Fiction > Harvard Classics > William Shakespeare > The Tempest
William Shakespeare (1564–1616).  The Tempest.
The Harvard Classics.  1909–14.
Scene II
[Another part of the island]

  Ste.  Tell not me. When the butt is out, we will drink water; not a drop before; therefore bear up, and board 1 ’em. Servant-monster, drink to me.
  Trin.  Servant-monster! the folly of this island! They say there’s but five upon this isle: we are three of them; if the other two be brain’d like us, the state totters.
  Ste.  Drink, servant-monster, when I did thee. Thy eyes are almost set in thy head.
  Trin.  Where should they be set else? He were a brave monster indeed, if they were set in his tail.        4
  Ste.  My man-monster hath drown’d his tongue in sack. For my part, the sea cannot drown me; I swam, ere I could recover the shore, five and thirty leagues off and on. By this light, thou shalt be my lieutenant, monster, or my standard. 2
  Trin.  Your lieutenant, if you list; he’s no standard.
  Ste.  We’ll not run, Monsieur Monster.
  Trin.  Nor go neither; but you’ll lie like dogs and yet say nothing neither.        8
  Ste.  Moon-calf, speak once in thy life, if thou beest a good mooncalf.
  Cal.  How does thy honour? Let me lick thy shoe.
I’ll not serve him; he’s not valiant.
  Trin.  Thou liest, most ignorant monster! I am in case to justle a constable. Why, thou debosh’d 3 fish, thou, was there ever man a coward that hath drunk so much sack as I to-day? Wilt thou tell a monstrous lie, being but half a fish and half a monster?        12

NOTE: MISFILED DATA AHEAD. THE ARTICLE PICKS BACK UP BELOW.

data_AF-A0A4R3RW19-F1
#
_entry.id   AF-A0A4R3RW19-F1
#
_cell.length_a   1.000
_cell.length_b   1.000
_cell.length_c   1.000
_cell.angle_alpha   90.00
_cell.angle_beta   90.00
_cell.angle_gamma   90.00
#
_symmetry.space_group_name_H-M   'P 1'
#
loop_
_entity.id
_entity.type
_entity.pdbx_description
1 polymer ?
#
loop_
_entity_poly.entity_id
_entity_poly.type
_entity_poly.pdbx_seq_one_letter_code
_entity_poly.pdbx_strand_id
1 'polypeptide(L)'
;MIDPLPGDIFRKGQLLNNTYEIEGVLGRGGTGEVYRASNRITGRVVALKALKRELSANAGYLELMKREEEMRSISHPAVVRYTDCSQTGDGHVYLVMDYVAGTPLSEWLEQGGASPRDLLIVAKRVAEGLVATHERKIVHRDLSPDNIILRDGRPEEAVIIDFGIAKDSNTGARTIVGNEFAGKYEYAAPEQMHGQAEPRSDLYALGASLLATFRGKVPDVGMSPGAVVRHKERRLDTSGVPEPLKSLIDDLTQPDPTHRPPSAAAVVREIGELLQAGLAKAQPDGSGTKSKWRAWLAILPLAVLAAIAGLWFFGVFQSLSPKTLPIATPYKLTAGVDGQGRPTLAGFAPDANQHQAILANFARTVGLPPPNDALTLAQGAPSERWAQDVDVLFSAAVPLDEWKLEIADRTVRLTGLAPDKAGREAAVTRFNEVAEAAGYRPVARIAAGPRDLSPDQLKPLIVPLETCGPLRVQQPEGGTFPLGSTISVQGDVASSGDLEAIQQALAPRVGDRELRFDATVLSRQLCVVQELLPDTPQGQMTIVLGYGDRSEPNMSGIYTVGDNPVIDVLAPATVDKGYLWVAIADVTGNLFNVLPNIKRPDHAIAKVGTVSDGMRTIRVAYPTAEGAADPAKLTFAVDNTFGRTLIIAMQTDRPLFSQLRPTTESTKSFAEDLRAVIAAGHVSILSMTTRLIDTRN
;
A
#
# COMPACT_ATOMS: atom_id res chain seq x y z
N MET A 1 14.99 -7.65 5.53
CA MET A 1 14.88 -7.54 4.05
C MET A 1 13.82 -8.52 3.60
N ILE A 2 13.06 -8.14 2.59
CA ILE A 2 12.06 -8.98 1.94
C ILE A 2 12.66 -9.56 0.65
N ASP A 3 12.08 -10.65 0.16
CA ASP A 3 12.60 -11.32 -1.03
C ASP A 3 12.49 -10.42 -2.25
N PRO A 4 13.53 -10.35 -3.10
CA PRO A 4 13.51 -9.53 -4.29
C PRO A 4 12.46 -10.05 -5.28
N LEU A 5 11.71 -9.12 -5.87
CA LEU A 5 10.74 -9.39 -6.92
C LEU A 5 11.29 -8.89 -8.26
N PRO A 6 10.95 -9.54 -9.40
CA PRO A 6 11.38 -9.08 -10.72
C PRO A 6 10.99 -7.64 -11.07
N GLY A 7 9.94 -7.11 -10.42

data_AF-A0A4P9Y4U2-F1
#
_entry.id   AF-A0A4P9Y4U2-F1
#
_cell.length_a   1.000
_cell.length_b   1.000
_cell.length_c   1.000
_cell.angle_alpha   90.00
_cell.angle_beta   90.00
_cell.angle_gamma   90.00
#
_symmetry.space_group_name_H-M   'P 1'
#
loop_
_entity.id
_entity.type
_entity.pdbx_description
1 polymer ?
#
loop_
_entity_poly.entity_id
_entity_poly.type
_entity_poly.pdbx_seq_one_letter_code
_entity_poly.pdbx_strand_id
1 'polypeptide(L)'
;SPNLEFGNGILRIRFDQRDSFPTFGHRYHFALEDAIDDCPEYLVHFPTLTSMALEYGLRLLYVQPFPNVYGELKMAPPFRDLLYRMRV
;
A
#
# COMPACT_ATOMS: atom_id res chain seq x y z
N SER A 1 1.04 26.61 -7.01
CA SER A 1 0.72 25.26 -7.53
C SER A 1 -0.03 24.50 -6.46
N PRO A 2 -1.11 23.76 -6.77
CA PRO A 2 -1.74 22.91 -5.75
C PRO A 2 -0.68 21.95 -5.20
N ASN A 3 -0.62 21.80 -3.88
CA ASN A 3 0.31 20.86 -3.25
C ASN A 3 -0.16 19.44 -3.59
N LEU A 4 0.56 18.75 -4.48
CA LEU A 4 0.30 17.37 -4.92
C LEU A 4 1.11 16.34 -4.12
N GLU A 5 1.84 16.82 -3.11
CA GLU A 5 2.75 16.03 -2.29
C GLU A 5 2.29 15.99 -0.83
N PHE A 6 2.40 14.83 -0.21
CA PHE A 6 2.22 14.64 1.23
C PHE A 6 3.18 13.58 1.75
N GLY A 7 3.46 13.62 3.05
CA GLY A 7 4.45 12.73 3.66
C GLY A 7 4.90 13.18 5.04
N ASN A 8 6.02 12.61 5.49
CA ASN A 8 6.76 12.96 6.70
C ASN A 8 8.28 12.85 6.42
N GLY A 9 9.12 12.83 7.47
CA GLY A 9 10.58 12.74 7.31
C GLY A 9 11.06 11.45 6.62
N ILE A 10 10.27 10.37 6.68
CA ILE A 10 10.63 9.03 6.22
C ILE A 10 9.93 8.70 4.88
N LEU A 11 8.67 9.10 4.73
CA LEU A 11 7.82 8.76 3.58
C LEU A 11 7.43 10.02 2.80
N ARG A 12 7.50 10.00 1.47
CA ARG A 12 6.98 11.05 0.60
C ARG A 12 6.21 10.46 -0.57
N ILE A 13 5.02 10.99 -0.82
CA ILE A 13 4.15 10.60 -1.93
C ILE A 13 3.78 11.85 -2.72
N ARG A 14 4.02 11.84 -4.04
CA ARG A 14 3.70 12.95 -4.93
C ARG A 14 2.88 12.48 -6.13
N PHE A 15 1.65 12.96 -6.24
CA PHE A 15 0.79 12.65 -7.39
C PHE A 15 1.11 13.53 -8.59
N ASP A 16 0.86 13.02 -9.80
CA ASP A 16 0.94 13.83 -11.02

Cal.  Lo, how he mocks me! Wilt thou let him, my lord?
  Trin.  “Lord” quoth he! That a monster should be such a natural!
  Cal.  Lo, lo, again! Bite him to death, I prithee.
  Ste.  Trinculo, keep a good tongue in your head. If you prove a mutineer,—the next tree! The poor monster’s my subject and he shall not suffer indignity.        16
  Cal.  I thank my noble lord. Wilt thou be pleas’d to hearken once again to the suit I made to thee?
  Ste.  Marry, will I; kneel and repeat it. I will stand, and so shall Trinculo.
Enter ARIEL, invisible

  Cal.  As I told thee before, I am subject to a tyrant a sorcerer, that by his cunning hath cheated me of the island.
  Ari.  Thou liest.        20
  Cal.  Thou liest, thou jesting monkey, thou. I would my valiant master would destroy thee! I do not lie.
  Ste.  Trinculo, if you trouble him any more in ’s tale, by this hand, I will supplant some of your teeth.
  Trin.  Why, I said nothing.
  Ste.  Mum, then, and no more. Proceed.        24
  Cal.  I say, by sorcery he got this isle;
From me he got it. If thy greatness will
Revenge it on him,—for I know thou dar’st,
But this thing dare not,—        28
  Ste.  That’s most certain.
  Cal.  Thou shalt be lord of it and I’ll serve thee.
  Ste.  How now shall this be compass’d? Canst thou bring me to the party?
  Cal.  Yea, yea, my lord. I’ll yield him thee asleep,        32
Where thou mayst knock a nail into his head.
  Ari.  Thou liest; thou canst not.
  Cal.  What a pied ninny’s 4 this! Thou scurvy patch! 5
I do beseech thy greatness, give him blows        36
And take his bottle from him. When that’s gone
He shall drink nought but brine; for I’ll not show him
Where the quick freshes 6 are.
  Ste.  Trinculo, run into no further danger. Interrupt the monster one word further, and, by this hand, I’ll turn my mercy out o’ doors and make a stock-fish 7 of thee.        40
  Trin.  Why, what did I? I did nothing. I’ll go farther off.
  Ste.  Didst thou not say he lied?
  Ari.  Thou liest.
  Ste.  Do I so? Take thou that.  [Beats TRIN.]        44
As you like this, give me the lie another time.